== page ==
On the other hand, only Gourmet knives with blades measuring 4.5 inches or more are given full tangs. The others have partial ones only. The latter’s tangs are also fully sheathed in the handle.
Some companies use a different steel alloy for the blade and the tang to cut costs. It is quite understandable since the latter is hidden anyway.
That isn’t the case with Wusthof, though. Whether you’re getting a forged variant or a stamped series, you will be treated to the first-rate X50CRMOV15 from tip to tang.
Handle Material and Form
Many tend to disregard the handle when they are out knife-shopping and focus only on the blade.
But doing this is a huge mistake because you will be gripping the handle and not the sharp part, right?
Some aficionados even go as far as saying that a comfortable grip is what makes a good knife.
There isn’t one material considered to be the best for knife handles. Some prefer plastic, others want natural materials. Some people want wood composites and others like metals.
If you haven’t decided yet, the following are certain attributes which you should be looking for:
- Can be gripped comfortably
- Won’t slip easily
- Has protective features
- Well-placed rivets
Let’s now get back to our Wusthofs.
Both Classic and Gourmet make use of Polyoxymethylene or POM for their handles.
This dense and durable plastic does not discolor or fade and is resistant to extreme temperatures. Although these do not have rubber-like thermoplastic elastomers, they won’t slip easily from your wet or oily hands.
The shapes of the handles and the basic construction are quite the same, too.
Both are triple-riveted and have the distinctive red square with the white trident logo in between the second and third studs.
The belly of the Gourmet’s handle is more pronounced than the Classic’s but both have a smooth slope at the butt and a tiny curl underneath.
The Classic’s handle spine is straighter, sleeker than its counterpart.
Taking the place of the bolster in Gourmet knives is a thicker finger guard that ends a few millimeters over the blade’s heel.
Overall Weight and Balance
Generally speaking, forged knives are heavier than stamped ones.
The same is true for the two featured Wusthof blades. Gourmets are lighter than the Classics.
But the knife’s weight is not that significant a feature in comparison to the balance.
Some people like lightweight blades, others prefer heftier ones.
But everyone should have a well-balanced knife so that it wouldn’t strain your hand and arm too much when you’re cutting and slicing a whole lot of ingredients.
One can test this by lifting a piece with a finger or two in the bolster. If it is level, you’ve got a nicely balanced piece. If it tilts to one side, that side is heavier than the other; ergo not balanced.
The good news is that both the Gourmet and the Classic are well-balanced knives.
Whether you’re using a cleaver or a salmon fillet-er, you can be sure that you will maneuver both with ease and control.
Forged blades are generally pricier than stamped ones so the Classic series are more expensive than the Gourmet.
The former’s 8-inch chef’s knife is over $150 while the latter is just under $100.
Popular Sets Available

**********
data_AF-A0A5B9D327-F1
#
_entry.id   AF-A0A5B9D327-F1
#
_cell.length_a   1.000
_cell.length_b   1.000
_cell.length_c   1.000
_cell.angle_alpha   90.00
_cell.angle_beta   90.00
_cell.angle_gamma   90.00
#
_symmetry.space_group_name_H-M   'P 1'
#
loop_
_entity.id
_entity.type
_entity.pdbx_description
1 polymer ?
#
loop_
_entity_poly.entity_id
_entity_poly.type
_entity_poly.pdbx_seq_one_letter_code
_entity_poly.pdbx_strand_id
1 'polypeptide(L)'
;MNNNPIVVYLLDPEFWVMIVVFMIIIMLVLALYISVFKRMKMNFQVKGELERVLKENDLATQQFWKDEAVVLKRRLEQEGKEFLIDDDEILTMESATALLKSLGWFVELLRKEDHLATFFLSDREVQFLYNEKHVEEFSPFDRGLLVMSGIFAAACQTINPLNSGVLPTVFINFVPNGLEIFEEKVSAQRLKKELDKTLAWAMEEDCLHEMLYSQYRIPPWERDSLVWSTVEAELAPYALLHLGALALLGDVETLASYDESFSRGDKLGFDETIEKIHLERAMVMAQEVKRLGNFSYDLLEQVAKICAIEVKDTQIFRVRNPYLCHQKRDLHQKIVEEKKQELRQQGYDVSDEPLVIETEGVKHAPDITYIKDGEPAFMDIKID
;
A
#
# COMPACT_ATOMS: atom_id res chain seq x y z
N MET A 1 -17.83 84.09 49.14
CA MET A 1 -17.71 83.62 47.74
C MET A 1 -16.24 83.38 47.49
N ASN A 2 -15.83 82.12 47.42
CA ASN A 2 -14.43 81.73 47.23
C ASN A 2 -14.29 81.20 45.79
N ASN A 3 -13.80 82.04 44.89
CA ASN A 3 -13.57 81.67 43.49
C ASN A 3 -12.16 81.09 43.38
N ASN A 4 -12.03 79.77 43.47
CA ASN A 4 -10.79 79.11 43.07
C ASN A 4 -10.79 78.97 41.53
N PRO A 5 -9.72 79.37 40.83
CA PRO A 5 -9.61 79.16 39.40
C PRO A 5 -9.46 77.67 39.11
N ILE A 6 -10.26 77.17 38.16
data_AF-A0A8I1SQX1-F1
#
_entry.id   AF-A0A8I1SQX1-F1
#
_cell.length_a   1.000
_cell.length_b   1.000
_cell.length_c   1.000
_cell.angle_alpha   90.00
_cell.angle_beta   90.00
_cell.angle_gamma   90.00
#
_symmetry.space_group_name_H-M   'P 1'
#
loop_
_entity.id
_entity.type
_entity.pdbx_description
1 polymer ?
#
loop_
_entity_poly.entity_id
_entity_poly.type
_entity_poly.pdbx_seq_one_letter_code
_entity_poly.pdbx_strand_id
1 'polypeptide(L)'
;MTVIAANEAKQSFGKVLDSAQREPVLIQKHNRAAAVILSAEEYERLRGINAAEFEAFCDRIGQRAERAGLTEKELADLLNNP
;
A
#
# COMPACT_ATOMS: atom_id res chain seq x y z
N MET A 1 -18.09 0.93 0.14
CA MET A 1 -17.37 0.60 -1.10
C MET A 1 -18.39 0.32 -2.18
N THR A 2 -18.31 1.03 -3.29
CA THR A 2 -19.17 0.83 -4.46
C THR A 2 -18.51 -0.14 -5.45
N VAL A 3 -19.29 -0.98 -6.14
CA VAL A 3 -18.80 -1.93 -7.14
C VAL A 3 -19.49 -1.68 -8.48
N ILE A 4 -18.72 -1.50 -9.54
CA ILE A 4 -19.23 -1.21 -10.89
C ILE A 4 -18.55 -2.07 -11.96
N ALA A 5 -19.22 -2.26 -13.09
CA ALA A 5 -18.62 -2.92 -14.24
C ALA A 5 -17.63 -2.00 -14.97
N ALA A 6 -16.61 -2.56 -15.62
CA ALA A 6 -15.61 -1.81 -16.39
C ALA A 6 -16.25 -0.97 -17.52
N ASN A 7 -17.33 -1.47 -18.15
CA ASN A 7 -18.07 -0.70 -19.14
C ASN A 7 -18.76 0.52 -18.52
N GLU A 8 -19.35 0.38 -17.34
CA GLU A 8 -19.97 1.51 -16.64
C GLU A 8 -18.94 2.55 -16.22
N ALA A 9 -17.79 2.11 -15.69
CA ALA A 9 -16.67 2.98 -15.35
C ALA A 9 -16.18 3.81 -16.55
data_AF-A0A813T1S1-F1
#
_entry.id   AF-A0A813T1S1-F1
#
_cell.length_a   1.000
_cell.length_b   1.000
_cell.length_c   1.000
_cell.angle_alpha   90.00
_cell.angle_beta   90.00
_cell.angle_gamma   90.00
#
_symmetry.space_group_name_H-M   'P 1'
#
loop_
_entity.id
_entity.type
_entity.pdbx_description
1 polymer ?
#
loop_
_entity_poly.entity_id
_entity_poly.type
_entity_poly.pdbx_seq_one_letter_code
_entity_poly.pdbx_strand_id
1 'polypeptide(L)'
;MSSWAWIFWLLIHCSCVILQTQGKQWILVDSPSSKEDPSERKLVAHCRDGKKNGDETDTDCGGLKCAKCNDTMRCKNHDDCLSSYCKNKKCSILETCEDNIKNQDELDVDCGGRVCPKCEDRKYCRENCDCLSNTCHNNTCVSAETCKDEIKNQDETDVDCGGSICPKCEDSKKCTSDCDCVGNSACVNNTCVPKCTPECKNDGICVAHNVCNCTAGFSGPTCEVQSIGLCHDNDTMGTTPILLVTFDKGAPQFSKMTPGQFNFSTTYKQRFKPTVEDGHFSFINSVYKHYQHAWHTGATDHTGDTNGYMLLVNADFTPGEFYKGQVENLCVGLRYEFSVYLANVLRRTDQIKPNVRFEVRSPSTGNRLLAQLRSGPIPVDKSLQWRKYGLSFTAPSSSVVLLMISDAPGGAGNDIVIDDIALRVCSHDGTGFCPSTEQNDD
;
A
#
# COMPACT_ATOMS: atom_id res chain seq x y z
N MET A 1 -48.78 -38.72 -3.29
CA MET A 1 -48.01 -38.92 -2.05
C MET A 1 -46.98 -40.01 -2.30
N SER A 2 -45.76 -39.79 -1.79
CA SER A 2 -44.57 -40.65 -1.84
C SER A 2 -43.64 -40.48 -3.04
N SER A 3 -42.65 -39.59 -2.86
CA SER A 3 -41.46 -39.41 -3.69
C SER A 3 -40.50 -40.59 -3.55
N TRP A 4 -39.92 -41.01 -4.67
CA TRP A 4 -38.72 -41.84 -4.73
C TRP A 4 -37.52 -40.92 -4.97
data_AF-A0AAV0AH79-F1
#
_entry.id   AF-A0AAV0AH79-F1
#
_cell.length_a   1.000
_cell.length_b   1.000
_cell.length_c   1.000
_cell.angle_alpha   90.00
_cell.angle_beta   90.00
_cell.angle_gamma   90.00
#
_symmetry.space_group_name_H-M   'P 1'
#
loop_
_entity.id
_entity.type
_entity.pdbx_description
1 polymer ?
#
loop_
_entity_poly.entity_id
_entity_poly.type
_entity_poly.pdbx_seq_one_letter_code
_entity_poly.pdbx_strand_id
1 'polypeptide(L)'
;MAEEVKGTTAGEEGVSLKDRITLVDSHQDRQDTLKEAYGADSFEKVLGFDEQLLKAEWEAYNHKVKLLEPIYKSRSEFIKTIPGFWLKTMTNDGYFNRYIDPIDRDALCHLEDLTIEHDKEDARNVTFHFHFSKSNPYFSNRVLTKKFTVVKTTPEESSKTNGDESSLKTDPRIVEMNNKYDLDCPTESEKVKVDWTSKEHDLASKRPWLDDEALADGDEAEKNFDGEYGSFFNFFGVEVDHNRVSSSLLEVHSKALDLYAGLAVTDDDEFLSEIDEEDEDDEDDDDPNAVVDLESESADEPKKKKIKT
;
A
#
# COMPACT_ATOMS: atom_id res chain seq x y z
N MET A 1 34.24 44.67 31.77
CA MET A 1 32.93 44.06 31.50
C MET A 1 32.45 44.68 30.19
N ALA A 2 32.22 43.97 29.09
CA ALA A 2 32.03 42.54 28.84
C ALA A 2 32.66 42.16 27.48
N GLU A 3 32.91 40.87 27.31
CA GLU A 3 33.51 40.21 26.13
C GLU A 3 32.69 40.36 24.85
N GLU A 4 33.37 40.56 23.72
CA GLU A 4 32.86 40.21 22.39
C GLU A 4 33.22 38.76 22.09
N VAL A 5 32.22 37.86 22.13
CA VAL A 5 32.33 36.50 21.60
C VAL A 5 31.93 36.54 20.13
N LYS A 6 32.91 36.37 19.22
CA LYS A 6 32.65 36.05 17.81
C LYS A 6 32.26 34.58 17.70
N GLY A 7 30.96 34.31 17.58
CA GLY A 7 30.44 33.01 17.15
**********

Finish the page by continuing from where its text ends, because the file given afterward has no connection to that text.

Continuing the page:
Wusthof Classic series boasts a wide array of knives.
This variant has 70 different kinds including the basics like Chef’s (with different lengths and widths) and paring blades to more specialized kinds like salmon filleters and cheese knives.
One of the most popular sets under this variant is the 7-piece knife block set.
This includes a Chef’s, paring, utility, serrated for bread, honing steel, kitchen shears, and the wooden block with 13 slots. This is a bit pricey at over $300.
Gourmet’s 12-piece set is just under $300 and includes mostly the same items mentioned above (instead of a utility blade, there are two kinds of paring knives) plus four steak knives.
If you want their starter set, not inclusive of the steak knives, you’ll be spending just half.
Segue: Pro Tip for First-Time Buyers
When it comes to knives, it is very important to hold them in your hands.
This, to be honest, is the only way for you to know if you can handle it with ease over your chopping board.
While it is more convenient to buy a set online, try to go to a physical shop to check the products – hold it in your hand, feel its weight, check the balance, and take it for a test drive if you’re allowed.
While Wusthof has a very favorable policy on return or replacement (check this on their website to know the specifics), handing back a set just because it doesn’t feel good in your grip isn’t really admissible. That isn’t fair either.
If you want to be sure about your purchase, go and visit a shop so that you can properly inspect it.
As aforementioned, some people make their decisions based on just one feature which they perceive to be enough.
Heavier blades feel like they can cut through kilos of meat slabs without dulling.
Lighter ones seem more incisive and easier to maneuver.
Expensive means high standards.
Cheap is always a great buy.
But with more information about a particular series or a specific blade in the set – all described above – you can truly gauge which fits your budget and your needs. You will know which works best for you.
The great thing is that you won’t have to worry about quality at all.
Whichever you get in the end – whether it’s a single Classic Santoku or a whole set of the Gourmet variant – the good thing is that you’ve chosen Wusthof.
And that means you’re getting something incredible.
Last Updated on September 3, 2021
- But First, A Short Account of Wusthof’s Very Long History
- Wusthof Gourmet Vs Classic: Stamping Vs Forging Construction
- Steel Used
- Edge Angles and Finishing
- Bolster Style
- Tang Length and Composition
- Handle Material and Form
- Overall Weight and Balance
- Popular Sets Available
- Segue: Pro Tip for First-Time Buyers
- In Conclusion